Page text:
Wither the Academy?

March 10, 2011

The New York Review of Books this week has a good review by Peter Brooks of four recent books on higher education:

Richard Arum and Josipa Roksa, Academically Adrift: Limited Learning on College Campuses

Andrew Hacker and Claudia Dreifus, Higher Education? How Colleges Are Wasting Our Money and Failing Our Kids—And What We Can Do About It

Mark C. Taylor, Crisis on Campus: A Bold Plan for Reforming Our Colleges and Universities

Martha C. Nussbaum, Not for Profit: Why Democracy Needs the Humanities

Here are a few snippets to tempt you to read the whole piece:

“If crisis there is, it surely has something to do with the larger crisis in American society: the increasing gap between haves and have-nots, the retreat from any commitment to economic fairness, the sense that the system is rigged to benefit a tarnished elite that no longer justifies its existence. The affluence gap between Harvard, Yale, Princeton, Stanford, plus a few others, and the rest of the universities has indeed increased, and permits a degree of luxury to both students and faculty in those institutions that are the envy of the rest.”

“On the one hand, all the critics of the American university claim to be partisans of the liberal arts, to want students to study philosophy and literature, even the arts, and to learn “critical thinking” (the currently accepted mantra—not a bad one). On the other hand, the tests proposed always seem to have to do with job preparation—even as the critics in the same breath deplore “vocationalism” and point to the impoverished education that many majors in business or accounting receive.”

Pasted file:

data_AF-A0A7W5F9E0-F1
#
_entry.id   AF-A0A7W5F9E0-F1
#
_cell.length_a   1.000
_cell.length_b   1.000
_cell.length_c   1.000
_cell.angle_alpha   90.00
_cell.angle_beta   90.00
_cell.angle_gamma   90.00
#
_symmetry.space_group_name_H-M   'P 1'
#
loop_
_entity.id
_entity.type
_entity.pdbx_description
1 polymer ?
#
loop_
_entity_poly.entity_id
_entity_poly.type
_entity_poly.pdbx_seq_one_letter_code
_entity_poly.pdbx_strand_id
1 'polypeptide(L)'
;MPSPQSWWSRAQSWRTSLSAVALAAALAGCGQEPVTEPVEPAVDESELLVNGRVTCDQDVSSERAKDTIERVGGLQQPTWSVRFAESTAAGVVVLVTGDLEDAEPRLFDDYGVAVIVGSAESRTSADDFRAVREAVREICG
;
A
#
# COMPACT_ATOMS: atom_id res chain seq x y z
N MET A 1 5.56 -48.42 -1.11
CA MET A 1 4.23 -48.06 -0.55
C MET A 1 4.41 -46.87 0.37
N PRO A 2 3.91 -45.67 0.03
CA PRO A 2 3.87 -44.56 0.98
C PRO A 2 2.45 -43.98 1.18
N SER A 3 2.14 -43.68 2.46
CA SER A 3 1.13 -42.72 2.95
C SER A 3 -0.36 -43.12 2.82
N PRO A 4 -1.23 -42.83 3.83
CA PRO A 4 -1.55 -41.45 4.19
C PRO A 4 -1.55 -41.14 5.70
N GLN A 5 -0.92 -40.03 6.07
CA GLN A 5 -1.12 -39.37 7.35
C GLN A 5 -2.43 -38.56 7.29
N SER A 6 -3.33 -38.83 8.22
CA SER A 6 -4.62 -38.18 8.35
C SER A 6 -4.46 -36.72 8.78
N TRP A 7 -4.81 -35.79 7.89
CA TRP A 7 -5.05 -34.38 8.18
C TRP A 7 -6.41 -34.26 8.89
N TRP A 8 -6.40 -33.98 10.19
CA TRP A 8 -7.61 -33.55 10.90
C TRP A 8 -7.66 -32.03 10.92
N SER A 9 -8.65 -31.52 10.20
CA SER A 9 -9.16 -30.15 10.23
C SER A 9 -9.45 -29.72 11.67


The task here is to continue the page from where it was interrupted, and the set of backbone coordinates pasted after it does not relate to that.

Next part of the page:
“On the whole, one has to say that the relative autonomy of the American university has been far more beneficial than the contrary. American higher education is a nonsystem that is messy, reduplicative, unfair—just like American society as a whole—but it has made genuine commitments to quality and to a greater degree of social justice, to the extent that is within its control, than most other institutions of the society.”

“I must say with regret that none of these books seems to me quite worthy of its subject—with the exception of Nussbaum’s, a book that needs to be read and heeded, but may not make much headway against the critical consensus. To me, the university is a precious and fragile institution, one that lives with crisis—since education, like psychoanalysis, is an “impossible profession”—but at its best thrives on it. It has endured through many transformations of ideology and purpose, but at its best remained faithful to a vision of disinterested pursuit and transmission of knowledge.”

“Universities are not so isolated from the tragic past, but they still make a claim to speak with eloquence across the centuries. They often fail, they need reform and course correction, but they are not, at their best, merely venal and self-serving. They deserve better critics than they have got at present.”

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About Doug Bennett

Doug Bennett is Emeritus President and Professor of Politics at Earlham College. He has a wife, Ellen, and two sons, Tommy (born 1984) and Robbie (born 2003).
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